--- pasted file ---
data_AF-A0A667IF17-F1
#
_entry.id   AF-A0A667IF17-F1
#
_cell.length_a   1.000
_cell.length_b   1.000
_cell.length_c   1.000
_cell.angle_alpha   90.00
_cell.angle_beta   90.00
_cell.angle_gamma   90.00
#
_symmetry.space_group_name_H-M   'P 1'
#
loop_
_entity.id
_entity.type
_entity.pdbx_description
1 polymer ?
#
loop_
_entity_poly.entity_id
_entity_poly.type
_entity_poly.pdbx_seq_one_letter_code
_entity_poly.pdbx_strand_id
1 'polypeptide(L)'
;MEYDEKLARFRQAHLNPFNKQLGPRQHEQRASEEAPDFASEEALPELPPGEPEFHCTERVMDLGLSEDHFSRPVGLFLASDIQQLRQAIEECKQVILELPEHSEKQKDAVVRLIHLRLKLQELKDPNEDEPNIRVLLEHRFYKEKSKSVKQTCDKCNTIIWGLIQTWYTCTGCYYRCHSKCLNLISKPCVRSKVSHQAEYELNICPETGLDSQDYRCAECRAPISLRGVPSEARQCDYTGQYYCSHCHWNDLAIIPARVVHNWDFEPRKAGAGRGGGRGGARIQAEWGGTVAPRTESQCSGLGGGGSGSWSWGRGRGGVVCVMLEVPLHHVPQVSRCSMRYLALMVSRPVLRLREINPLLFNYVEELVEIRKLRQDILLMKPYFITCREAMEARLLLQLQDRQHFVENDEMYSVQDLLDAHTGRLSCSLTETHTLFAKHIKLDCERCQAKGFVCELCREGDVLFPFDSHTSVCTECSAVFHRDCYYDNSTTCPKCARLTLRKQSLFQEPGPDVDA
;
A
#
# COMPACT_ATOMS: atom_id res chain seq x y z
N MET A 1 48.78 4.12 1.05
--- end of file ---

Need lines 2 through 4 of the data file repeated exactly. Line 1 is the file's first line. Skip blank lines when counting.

#
_entry.id   AF-A0A667IF17-F1
#